Another great tip: Check what people have to say about this topic on social media and various online forums. This will probably give you loads of input for your post or page. You can directly address the questions people have and the difficulties they encounter regarding this topic. On top of this, it will help you use the right wording, which is crucial if you want to reach your audience.
Don’t forget to repeat your research now and then!
Remember that search suggestions change all the time. And they will often be tuned to what you’ve been searching for before. When we searched for the term “focus keyword” some time ago, this was the suggest output:
Source: Yoast SEO
Later, the output showed this:
Source: Yoast SEO
Suggest changes based on the problems people have, so monitoring it for important keywords makes sense. New results can give you input for your post or other, but related posts.
Yoast SEO checks the quality of your keyphrase
A good focus keyword for your post is essential if it wants to stand a chance in the search engines. Therefore Yoast SEO checks some aspects of your keyphrase, both in our WordPress plugin and our Shopify app. First of all, we check the length of your keyphrase, to make sure your keyphrase isn’t too long. In addition, Yoast SEO checks whether the keyphrase only consists of function words.
The function word check in Yoast SEO
Function words (words such as the, a, and, or, have) carry very little meaning. They don’t help Google figure out the topic of the copy. Even though it’s unlikely that you come up with such a keyphrase yourself, it can happen when you’re distracted while typing in your keyphrase. For instance, you could have typed [the] instead of [the best movies of 2020]. To prevent keeping your focus keyphrase like this, Yoast SEO will show a warning with a grey bullet in the SEO analysis of your post and help you stay focused!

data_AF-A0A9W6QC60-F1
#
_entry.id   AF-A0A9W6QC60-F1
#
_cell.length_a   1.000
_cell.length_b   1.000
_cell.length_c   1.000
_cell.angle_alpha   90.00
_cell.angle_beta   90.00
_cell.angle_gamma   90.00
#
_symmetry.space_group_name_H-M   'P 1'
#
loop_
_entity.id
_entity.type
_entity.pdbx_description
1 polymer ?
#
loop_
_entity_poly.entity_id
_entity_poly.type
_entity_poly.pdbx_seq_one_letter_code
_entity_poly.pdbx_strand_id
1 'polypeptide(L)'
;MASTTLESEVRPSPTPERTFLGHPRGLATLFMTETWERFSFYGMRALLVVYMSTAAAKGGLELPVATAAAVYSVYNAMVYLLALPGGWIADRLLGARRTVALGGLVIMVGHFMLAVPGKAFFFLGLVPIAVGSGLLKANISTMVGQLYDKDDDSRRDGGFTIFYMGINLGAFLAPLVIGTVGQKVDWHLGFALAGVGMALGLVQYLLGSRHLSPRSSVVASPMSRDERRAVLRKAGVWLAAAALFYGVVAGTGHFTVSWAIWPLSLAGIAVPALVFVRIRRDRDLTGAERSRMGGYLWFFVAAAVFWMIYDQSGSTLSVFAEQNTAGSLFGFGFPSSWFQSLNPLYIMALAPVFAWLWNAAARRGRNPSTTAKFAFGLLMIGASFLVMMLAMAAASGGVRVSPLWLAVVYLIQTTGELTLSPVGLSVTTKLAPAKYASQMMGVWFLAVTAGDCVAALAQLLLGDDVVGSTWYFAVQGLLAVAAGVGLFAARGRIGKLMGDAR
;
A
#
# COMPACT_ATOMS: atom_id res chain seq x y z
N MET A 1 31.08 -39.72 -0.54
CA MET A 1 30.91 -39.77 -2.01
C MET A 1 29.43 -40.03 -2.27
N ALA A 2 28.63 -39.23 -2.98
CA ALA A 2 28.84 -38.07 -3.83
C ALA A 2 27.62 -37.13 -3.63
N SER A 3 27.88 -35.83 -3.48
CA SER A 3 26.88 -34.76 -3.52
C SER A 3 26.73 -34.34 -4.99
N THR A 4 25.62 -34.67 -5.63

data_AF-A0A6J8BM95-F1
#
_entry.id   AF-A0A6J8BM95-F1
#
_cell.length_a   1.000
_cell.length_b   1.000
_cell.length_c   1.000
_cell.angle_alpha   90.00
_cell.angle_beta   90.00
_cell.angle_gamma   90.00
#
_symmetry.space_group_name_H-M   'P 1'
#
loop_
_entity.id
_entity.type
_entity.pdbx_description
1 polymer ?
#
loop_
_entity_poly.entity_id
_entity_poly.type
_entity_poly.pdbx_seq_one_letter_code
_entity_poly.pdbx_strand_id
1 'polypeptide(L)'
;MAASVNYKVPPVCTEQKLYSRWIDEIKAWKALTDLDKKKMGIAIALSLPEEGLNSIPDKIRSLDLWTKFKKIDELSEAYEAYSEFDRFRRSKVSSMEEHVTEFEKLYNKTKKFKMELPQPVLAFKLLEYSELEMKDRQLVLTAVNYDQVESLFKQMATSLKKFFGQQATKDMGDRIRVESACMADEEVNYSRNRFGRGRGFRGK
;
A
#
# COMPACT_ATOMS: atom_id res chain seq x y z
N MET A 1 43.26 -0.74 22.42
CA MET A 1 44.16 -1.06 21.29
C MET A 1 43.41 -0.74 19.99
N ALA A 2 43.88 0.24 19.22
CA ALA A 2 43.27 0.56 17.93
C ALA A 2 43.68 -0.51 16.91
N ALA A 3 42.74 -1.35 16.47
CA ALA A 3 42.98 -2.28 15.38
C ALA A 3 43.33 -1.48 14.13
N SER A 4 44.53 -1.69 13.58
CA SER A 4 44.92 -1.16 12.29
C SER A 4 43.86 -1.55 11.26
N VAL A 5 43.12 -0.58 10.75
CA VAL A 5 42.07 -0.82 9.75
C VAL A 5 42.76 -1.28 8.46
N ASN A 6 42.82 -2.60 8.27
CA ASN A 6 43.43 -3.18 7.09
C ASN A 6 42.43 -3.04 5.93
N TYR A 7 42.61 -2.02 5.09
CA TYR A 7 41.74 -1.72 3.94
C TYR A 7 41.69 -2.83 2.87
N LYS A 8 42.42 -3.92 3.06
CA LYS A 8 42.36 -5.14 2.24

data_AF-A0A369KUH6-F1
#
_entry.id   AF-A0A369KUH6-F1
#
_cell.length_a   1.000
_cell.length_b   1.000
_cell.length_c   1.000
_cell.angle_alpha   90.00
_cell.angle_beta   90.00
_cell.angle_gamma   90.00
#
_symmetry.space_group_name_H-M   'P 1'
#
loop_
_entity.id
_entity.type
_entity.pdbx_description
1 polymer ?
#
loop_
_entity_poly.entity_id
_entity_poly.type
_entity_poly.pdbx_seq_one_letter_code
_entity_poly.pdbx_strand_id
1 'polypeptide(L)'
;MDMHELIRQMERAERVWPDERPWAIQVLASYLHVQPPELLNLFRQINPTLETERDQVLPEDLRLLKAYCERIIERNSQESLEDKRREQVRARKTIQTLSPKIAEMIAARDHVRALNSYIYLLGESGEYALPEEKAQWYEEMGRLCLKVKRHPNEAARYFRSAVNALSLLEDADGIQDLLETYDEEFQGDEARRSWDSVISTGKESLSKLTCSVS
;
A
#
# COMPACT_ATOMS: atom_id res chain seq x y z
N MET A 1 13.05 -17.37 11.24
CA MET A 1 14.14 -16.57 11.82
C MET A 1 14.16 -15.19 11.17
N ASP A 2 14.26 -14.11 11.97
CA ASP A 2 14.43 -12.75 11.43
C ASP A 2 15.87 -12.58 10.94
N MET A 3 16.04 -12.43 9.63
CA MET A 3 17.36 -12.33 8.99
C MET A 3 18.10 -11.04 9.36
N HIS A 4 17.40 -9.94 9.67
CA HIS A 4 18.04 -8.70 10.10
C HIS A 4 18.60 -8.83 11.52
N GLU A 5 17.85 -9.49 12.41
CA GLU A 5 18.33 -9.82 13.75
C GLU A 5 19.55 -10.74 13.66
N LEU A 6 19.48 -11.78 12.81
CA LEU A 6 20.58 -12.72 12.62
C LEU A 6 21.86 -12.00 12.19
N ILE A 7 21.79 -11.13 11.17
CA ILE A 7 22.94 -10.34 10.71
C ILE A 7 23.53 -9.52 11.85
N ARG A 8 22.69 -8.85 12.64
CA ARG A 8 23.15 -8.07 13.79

In rare cases, you might actually mean to rank for a phrase that consists of function words only. For instance, if you are writing a post about a meme “Why would you do that?”. In exceptional cases like this, you can avoid getting a red bullet by adding a double quote before and after your keyphrase. By doing so, our tool will just look for the exact match of this phrase and the warning will disappear.
Read more about the function word check in Yoast SEO.
Should every page have a focus keyphrase?
People often ask us whether their about page or contact page should have a focus keyword, and, if so, what it should be.
The answer is easy: not every page needs a focus keyword. Your contact page should be easily reachable. It might, for instance, need to rank for “<company name> address.” That probably doesn’t make sense as a focus keyword though, so it’s perfectly fine to leave it empty.
Also, ask yourself: Do I want this post to rank in the long term? Some posts, such as temporary announcements, are probably not worth optimizing either.
Conclusion and further readings
Choosing a perfect focus keyword or keyphrase is not an exact science. You should aim for a combination of words that are actually used by a search audience. Aim for a keyphrase that is relatively high in volume and one that will suit your audience.
We have lots more articles on this subject: you can read about keyword research, content writing and improving your site structure. We’ve also combined all of these different topics into an SEO copywriting course.
Read more: SEO copywriting: the ultimate guide »
Originally published by Yoast SEO.